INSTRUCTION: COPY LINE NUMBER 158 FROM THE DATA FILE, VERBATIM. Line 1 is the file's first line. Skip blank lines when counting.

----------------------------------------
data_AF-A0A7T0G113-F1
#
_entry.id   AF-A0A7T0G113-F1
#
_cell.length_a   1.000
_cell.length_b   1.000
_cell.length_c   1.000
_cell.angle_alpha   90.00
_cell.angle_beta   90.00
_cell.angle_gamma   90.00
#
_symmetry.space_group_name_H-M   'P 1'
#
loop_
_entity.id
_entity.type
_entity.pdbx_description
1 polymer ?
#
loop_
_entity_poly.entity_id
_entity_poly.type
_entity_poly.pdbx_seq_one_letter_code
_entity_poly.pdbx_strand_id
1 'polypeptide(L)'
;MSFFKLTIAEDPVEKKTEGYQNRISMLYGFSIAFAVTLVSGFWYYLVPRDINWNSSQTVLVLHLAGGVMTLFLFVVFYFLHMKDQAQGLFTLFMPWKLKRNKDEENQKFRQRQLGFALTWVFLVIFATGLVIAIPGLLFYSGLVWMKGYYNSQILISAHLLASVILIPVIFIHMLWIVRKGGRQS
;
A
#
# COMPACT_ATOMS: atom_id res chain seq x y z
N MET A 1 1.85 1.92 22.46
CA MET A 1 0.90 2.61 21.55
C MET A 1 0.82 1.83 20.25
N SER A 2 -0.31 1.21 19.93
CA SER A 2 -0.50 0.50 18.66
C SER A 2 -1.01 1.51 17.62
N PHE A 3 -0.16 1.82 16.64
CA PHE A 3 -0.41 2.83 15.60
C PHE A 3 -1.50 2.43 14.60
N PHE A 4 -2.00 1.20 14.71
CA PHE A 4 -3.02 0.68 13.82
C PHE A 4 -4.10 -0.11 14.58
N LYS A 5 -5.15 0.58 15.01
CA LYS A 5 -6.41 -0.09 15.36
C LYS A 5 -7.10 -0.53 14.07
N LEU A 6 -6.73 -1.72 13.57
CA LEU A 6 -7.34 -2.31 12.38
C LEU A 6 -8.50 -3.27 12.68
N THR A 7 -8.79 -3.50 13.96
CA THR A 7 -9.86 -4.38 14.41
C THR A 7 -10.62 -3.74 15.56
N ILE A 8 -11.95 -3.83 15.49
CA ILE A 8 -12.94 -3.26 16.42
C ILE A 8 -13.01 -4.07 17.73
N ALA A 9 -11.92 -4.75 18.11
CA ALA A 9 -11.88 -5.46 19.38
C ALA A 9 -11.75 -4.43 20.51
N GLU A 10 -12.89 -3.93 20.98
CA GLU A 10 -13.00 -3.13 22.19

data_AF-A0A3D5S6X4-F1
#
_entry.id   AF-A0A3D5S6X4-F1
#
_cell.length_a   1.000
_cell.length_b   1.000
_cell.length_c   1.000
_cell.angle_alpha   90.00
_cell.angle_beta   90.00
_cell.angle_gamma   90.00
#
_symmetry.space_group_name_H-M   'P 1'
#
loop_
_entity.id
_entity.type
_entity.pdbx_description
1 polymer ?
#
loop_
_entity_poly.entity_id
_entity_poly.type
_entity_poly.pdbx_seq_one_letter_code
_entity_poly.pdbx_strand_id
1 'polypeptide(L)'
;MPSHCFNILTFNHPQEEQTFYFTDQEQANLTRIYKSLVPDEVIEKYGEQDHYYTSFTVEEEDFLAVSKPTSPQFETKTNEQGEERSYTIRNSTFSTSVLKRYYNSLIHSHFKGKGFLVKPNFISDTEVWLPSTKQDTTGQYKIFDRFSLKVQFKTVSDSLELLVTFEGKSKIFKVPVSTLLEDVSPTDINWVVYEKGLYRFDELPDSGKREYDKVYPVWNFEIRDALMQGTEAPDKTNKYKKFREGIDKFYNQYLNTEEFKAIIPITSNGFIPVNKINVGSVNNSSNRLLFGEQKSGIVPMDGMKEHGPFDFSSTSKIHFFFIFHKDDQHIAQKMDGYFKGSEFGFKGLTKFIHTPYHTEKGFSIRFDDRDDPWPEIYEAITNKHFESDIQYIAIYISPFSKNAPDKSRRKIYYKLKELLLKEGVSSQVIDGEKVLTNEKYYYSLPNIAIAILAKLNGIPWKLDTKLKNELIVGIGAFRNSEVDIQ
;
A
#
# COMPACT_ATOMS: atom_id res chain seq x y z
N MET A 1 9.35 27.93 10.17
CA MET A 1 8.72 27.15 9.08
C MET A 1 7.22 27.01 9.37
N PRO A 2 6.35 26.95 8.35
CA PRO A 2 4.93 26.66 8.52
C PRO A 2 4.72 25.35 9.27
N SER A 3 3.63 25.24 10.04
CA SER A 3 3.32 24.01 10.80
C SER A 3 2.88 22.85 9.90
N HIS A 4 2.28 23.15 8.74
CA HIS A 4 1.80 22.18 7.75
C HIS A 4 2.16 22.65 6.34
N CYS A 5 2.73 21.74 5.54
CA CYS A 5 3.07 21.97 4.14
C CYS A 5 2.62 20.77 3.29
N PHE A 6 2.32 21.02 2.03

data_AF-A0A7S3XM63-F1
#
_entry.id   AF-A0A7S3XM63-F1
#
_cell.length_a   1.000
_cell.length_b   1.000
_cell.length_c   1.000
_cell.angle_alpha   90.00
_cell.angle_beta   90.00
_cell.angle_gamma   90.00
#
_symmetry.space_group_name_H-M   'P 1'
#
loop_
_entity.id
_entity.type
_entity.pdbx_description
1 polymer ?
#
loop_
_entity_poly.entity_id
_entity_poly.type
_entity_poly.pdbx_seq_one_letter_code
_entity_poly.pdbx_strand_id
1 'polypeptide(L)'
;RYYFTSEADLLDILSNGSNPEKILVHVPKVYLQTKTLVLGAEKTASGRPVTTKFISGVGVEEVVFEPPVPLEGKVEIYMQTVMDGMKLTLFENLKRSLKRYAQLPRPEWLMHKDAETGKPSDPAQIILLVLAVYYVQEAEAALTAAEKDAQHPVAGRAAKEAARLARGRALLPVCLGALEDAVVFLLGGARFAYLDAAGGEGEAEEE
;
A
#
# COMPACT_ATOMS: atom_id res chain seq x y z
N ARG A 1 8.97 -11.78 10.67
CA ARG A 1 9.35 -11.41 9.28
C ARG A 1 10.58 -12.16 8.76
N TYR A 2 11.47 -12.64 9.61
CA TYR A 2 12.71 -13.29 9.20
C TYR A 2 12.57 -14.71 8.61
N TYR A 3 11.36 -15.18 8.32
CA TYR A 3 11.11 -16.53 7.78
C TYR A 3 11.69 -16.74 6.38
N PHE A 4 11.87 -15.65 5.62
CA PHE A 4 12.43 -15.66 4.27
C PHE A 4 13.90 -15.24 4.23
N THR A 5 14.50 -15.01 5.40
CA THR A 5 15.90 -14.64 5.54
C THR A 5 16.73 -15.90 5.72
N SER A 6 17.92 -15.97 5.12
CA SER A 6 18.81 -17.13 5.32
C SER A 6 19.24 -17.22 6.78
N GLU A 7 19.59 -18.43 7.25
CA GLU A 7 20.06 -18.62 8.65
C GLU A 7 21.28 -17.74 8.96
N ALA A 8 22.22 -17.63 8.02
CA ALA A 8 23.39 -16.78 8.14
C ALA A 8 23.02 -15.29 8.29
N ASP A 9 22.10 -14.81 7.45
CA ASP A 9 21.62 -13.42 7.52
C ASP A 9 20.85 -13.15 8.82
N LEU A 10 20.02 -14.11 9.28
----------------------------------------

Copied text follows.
CA ALA A 8 23.39 -16.78 8.14